Mackenzie Large Igneous Province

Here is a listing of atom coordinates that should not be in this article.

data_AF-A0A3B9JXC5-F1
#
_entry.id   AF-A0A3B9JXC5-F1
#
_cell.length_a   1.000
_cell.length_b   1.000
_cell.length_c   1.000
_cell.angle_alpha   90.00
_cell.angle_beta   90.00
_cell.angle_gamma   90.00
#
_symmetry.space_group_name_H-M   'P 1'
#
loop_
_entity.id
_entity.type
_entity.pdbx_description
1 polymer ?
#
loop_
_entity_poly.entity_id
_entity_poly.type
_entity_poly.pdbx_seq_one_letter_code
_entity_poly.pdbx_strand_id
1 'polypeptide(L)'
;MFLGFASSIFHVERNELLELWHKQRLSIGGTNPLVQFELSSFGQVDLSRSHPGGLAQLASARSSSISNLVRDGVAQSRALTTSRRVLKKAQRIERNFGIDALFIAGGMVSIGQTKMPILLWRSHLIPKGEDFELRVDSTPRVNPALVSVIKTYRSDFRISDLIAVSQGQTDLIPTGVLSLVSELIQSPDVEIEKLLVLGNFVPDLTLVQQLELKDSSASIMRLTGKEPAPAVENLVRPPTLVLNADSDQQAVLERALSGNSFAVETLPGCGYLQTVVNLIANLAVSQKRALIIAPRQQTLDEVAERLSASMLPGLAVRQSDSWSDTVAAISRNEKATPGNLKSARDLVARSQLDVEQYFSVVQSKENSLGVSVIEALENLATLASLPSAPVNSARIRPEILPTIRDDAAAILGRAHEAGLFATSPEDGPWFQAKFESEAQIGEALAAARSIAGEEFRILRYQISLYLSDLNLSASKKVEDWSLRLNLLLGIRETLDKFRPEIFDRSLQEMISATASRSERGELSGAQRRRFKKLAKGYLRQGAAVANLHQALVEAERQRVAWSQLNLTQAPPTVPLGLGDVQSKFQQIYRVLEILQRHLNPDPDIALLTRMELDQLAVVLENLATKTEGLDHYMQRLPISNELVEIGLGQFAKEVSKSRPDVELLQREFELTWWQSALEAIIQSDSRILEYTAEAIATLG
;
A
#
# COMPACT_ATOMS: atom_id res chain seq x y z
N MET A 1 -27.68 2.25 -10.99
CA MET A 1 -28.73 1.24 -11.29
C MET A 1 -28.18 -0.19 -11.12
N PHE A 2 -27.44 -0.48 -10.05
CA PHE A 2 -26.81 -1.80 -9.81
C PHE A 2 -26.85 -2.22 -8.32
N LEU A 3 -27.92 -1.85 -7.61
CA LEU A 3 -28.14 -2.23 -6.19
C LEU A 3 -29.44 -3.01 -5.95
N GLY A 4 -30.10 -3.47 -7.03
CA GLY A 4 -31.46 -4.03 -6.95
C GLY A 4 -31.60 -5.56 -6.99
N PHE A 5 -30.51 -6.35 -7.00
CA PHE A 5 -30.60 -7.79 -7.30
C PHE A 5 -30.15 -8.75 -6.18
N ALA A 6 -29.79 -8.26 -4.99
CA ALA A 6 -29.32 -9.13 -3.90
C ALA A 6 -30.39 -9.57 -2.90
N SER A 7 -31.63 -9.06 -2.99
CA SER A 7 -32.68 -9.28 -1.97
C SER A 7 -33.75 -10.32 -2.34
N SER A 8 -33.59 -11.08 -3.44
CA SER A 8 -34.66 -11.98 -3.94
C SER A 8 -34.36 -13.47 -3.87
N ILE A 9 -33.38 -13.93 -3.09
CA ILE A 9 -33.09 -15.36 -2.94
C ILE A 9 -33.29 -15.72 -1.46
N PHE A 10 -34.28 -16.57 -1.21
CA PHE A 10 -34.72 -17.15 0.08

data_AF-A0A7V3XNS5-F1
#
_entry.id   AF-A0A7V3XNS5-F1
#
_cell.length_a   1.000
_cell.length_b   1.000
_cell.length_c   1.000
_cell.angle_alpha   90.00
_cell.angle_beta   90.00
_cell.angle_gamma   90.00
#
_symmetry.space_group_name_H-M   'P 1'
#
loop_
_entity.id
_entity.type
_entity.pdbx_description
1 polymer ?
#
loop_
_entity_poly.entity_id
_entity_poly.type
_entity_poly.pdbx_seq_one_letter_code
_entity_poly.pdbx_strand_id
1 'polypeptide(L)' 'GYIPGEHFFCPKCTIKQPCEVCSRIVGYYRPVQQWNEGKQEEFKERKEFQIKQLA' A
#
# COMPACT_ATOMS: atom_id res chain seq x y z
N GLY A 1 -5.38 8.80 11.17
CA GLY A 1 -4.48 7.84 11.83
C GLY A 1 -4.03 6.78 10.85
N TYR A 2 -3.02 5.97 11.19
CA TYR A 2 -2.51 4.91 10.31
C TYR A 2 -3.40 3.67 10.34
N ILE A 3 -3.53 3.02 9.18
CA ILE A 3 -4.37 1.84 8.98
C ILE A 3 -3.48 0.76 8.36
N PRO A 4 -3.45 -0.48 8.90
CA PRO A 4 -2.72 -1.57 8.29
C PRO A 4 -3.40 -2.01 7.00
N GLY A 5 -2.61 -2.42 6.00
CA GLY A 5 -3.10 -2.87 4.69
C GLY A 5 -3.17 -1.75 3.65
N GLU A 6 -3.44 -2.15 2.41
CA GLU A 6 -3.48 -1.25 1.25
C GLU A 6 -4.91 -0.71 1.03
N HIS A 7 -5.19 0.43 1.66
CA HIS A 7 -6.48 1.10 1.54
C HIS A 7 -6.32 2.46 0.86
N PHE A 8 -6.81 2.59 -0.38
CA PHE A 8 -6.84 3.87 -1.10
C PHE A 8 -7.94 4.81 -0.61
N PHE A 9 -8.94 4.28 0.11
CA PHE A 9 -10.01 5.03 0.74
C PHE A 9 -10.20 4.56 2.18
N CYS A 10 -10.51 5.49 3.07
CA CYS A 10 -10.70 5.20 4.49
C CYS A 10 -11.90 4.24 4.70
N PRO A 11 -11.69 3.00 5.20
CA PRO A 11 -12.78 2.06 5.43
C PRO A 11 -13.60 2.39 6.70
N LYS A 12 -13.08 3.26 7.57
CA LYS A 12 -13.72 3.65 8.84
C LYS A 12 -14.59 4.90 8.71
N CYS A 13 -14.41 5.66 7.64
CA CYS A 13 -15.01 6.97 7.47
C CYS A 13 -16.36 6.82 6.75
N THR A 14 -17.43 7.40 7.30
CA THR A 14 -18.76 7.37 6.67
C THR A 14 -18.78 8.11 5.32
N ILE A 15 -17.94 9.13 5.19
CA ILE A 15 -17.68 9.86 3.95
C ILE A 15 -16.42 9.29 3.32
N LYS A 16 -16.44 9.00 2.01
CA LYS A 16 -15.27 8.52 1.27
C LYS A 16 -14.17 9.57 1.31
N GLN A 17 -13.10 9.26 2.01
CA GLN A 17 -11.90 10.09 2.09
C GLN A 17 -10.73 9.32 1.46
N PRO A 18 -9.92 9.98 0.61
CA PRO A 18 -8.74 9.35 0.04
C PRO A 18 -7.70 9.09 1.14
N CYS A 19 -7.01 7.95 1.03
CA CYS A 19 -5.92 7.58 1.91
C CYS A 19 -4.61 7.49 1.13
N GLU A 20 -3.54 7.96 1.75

The Mackenzie Large Igneous Province (MLIP) is a major Mesoproterozoic large igneous province of the southwestern, western and northwestern Canadian Shield in Canada. It consists of a group of related igneous rocks that were formed during a massive igneous event starting about 1,270 million years ago. The large igneous province extends from the Arctic in Nunavut to near the Great Lakes in Northwestern Ontario where it meets with the smaller Matachewan dike swarm. Included in the Mackenzie Large Igneous Province are the large Muskox layered intrusion, the Coppermine River flood basalt sequence and the massive northwesterly trending Mackenzie dike swarm.As a large igneous province, it is an extremely large area of related igneous rocks that were emplaced over an extremely short geological time span. The igneous rocks comprising the Mackenzie Large Igneous Province originated from processes not associated with normal plate tectonics and seafloor spreading. It is one of the several large igneous provinces scattered throughout the Canadian landscape, which can be thousands of kilometres in volume and area. The Mackenzie Large Igneous Province is also one of the largest Proterozoic magmatic provinces on Earth, as well as the world's largest and best-preserved continental flood basalt terrain. Igneous rocks of the Mackenzie Large Igneous Province are generally mafic in composition, including basalt and gabbro.Even though the Mackenzie Large Igneous Province is classified as a large igneous province like other extremely large accumulations of igneous rocks on Earth, it is much larger than large igneous province standards. The standard size classification for large igneous provinces is a minimum areal extent of 100,000 km2 (39,000 sq mi). However, the Mackenzie dike swarm itself occupies an area of at least 2,700,000 km2 (1,000,000 sq mi), making the Mackenzie Large Igneous Province larger than the Ontong Java Plateau in the southwestern Pacific Ocean and the U.S. state of Alaska.